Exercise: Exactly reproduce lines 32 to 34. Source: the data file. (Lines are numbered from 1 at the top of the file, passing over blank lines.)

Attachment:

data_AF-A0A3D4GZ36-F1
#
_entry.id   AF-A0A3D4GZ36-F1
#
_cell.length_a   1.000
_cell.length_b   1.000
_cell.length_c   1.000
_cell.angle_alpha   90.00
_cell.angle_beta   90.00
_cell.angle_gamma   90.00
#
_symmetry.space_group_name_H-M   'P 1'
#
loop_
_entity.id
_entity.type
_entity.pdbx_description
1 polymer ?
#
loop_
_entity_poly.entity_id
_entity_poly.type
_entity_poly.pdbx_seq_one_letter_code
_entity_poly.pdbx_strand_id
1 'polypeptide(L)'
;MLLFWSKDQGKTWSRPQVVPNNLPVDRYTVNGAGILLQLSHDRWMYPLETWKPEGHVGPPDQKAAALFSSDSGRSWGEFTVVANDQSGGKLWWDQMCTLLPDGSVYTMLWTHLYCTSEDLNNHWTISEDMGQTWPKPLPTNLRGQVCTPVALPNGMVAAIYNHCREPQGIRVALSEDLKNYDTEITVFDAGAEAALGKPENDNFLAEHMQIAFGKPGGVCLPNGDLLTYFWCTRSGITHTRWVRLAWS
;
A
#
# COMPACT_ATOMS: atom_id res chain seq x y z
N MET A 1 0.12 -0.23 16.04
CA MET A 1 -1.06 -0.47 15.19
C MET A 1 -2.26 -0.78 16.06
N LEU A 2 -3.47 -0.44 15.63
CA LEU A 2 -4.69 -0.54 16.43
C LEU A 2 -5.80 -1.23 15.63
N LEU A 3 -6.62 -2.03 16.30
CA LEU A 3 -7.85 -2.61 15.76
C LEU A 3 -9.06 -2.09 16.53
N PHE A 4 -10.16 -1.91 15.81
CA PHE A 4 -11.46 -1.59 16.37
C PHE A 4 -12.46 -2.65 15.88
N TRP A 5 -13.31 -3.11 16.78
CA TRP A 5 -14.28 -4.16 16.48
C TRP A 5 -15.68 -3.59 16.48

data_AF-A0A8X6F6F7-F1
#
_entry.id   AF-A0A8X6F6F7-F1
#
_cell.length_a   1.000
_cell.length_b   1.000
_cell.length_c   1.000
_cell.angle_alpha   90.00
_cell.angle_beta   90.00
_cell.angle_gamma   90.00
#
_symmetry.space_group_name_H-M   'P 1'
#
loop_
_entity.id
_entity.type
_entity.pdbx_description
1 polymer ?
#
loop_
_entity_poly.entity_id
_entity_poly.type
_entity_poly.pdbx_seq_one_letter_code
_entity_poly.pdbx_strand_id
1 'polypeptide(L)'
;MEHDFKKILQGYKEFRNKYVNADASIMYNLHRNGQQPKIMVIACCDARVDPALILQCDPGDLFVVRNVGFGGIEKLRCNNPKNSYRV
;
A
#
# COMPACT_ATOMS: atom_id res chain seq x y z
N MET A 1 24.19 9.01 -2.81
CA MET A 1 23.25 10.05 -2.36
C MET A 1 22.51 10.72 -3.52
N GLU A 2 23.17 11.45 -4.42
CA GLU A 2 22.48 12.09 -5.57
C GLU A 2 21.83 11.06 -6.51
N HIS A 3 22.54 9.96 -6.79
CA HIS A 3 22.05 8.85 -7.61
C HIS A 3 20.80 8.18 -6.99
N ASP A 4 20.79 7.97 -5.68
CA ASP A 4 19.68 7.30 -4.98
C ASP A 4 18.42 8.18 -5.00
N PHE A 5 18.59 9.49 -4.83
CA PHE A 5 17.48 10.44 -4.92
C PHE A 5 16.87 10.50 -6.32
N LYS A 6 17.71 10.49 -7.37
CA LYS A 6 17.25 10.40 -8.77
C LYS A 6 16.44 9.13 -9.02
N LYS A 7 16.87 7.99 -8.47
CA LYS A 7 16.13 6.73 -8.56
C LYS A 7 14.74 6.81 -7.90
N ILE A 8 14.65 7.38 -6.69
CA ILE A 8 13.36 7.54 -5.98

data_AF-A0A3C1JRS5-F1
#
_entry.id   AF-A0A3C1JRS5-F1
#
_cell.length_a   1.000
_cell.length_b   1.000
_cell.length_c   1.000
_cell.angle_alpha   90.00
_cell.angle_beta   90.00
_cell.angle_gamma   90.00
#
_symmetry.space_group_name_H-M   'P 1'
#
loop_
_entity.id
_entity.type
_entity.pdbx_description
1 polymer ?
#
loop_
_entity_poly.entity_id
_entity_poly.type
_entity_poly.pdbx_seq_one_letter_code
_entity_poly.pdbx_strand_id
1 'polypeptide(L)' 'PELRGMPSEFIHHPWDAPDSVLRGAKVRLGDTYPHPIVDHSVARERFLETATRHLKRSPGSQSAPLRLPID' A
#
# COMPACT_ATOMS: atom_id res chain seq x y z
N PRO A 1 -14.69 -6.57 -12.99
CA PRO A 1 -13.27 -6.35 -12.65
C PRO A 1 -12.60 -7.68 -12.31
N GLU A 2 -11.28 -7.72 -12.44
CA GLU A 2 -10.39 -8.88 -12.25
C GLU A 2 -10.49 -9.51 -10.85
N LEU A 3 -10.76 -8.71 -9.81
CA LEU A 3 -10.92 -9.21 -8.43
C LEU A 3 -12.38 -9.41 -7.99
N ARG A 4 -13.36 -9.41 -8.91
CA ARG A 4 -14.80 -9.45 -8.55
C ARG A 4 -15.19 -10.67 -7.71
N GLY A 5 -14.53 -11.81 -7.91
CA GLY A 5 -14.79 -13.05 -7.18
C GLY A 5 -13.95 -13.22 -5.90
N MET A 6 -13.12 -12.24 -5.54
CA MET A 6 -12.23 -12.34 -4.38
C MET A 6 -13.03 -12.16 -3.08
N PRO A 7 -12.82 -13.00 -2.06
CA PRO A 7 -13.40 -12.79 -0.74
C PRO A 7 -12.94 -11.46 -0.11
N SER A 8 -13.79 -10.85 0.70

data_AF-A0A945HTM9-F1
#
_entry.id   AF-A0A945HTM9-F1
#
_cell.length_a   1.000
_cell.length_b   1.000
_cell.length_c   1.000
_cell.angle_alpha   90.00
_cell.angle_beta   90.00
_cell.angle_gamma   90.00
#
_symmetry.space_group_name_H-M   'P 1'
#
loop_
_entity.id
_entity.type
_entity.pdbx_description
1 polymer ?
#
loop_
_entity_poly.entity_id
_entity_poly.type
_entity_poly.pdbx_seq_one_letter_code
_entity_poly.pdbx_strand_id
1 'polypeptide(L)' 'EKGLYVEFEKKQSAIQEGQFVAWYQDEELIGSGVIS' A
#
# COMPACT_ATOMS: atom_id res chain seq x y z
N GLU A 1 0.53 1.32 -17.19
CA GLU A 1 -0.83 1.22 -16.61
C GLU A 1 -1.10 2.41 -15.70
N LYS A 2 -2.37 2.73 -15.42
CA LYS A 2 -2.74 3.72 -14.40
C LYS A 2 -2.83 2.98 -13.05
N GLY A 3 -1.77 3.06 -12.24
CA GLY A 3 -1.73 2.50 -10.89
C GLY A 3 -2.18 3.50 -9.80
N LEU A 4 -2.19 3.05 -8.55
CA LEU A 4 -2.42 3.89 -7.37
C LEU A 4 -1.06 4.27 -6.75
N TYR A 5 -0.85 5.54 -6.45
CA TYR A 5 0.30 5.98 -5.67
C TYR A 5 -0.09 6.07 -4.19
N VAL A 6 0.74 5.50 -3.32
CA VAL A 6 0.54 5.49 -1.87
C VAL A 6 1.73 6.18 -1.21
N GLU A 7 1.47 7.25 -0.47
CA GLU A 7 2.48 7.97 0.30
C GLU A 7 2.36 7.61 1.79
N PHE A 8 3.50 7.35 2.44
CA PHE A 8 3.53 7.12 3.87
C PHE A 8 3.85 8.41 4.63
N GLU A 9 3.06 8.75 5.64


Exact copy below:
CA MET A 1 -1.06 -0.47 15.19
C MET A 1 -2.26 -0.78 16.06
N LEU A 2 -3.47 -0.44 15.63